I appreciate the enthusiasm with which the author narrated her book. She must be an amazing professor. But I also have a criticism: the audiobook is somewhat poorly edited, with lots of repeated passages—presumably because a passage was repeated to correct something, but subsequently the original passage wasn't deleted—and, even worse, the entire epilogue chapter is repeated. Sloppy! I've also read that there are a number of inaccuracies in the book, so it appears the fact checking was a bit lax, though none of the examples I read are serious. In the end, the lapses in editing and fact checking don't detract from what is an otherwise excellent effort to tell the story of our journey as a nation.
The last section of the book is introduced with a quote that I had heard when it was first spoken, but had forgotten. I'm glad to be reminded of it:
Our challenges may be new. The instruments with which we meet them may be new. But those values upon which our success depends—honesty and hard work, courage and fair play, tolerance and curiosity, loyalty and patriotism—these things are old. These things are true. They have been the quiet force of progress throughout our history. What is demanded, then, is a return to these truths.
– Barack Obama, First Inaugural Address, 2009
On a related note, I listened today to Alexandria Ocasio-Cortez at SXSW 2019△. What an amazing person. She continues to inspire me on a regular basis. We're incredibly fortunate that she is a part of our government, bringing some fresh air.
We are capable of so much as a country.
We are capable of so much more than what we are doing right now.
We are capable of everything in the world.
We are capable of saving the planet, of guaranteeing health care as a right, of educating our children through college.
We are capable of establishing all work as dignified, of respecting people's cultures, of having an economy that not only welcomes immigrants but needs immigrants because we are being so productive.
We are capable of all these things!
Recorded Books, 2018
Umberto Eco, The Name of the Rose
Translated by William Weaver and exquisitely narrated by Sean Barrett, as well as by Nicholas Rowe and Neville Jason
After I read Quicksand earlier this year and appreciating Sean Barrett's narration, I did a search for other books he has narrated and have been listening to a few. One I came across is this book, which I read and enjoyed many years ago. I thought it would be fun to listen to Barrett telling this story, and it was!
Set in an Italian abbey in the year 1327 and featuring an amazing library housed in a labryinth, this is a murder mystery unlike any other I've read. Umberto Eco was a genius (just take a look at his bibliography⩘ ), and when he turned his attention to fiction, he also brought a dash of disciplined madness to the exercise.
This file is licensed under the
Attribution-Share Alike 4.0 International license.
Macmillan Audio, 2013
Solomon Northup, Twelve Years a Slave
Wonderfully narrated by Louis Gossett Jr.
One of the most harrowing books I've ever read or listened to … and one of the most worthwhile. We owe a deep debt of gratitude to Solomon Northup for painting so vividly for us his journey into hell. How is evil like this even possible? And yet it persists around the world even today.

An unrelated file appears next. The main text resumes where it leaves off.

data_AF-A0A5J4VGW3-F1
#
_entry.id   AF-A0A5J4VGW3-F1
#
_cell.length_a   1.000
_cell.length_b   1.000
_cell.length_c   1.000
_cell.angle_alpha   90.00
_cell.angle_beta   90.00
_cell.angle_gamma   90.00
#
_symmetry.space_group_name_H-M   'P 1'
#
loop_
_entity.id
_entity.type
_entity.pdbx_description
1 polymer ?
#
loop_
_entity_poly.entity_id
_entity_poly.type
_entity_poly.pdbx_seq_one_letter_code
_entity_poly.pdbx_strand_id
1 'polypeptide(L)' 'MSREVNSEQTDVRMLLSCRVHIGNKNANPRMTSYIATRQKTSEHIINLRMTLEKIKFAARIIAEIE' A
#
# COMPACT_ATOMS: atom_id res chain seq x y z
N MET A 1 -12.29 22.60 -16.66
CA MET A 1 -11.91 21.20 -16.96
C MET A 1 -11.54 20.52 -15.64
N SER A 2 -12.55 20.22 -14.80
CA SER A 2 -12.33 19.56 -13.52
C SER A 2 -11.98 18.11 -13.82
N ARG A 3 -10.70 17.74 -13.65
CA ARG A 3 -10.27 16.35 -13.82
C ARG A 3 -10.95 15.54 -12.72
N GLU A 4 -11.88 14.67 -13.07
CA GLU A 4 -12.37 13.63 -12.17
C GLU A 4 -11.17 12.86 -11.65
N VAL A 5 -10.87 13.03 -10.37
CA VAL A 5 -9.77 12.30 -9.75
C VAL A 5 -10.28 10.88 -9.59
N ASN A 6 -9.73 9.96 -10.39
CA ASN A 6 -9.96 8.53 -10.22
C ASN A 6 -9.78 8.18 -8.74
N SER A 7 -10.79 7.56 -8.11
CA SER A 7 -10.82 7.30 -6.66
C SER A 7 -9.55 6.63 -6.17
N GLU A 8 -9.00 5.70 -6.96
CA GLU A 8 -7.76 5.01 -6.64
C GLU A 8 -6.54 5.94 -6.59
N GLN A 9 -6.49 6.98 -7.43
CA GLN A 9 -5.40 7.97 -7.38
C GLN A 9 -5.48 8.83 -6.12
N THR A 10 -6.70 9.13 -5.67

Thanks also to Dr. Sue Eakin for her lifetime of work researching Solomon's story.
Eakin Films & Publishing, 2013
Henning Mankell, Quicksand
Beautifully translated by Laurie Thompson and well narrated by Sean Barrett
I first became acquainted with author Henning Mankell through the series of Swedish television movies based on his books about inspector Kurt Wallander of the Ystad police. I seldom watch television, and on the rare occasions when I do, I mostly find it wanting. But these stories impressed me because of the depth with which they explore the human condition.
They led me to want to learn more about Mankell. I listened to one of his books outside the Wallander series, and was equally impressed. Then I came across Quicksand, which he wrote after being diagnosed with cancer. A good friend of mine is dealing with cancer right now. I also had my own little medical episode last year, far less serious than cancer, but still a wake-up call about our mortality. So I was intrigued by this book, and it didn't disappoint.
I have devoted quite a lot of my life to studying crime and criminal investigations. My view is that evil always has to do with circumstances, and is never something inherited. I have written about crime because it illustrates, more clearly than anything else, the contrasts that form the basis of human life. Everything we do is based on the existence of conflicting forces inside us: between dream and reality, knowledge and illusions, truth and lies, what I want to do and what I actually do, and not least, between myself and the society I live in.
The beauty of Quicksand is that while Mankell shares his emotional rollercoaster ride coming to terms with having cancer, he takes it as an opportunity to explore much more, all the way to the most encompassing question he addresses: what it means to be a human being. He does this grace, insight, compassion, and even a dash of humor.
I was reminded of an aphorism l had read somewhere: "Don't take life so seriously; you won't come out of it alive anyway."
Random House Audiobooks, 2016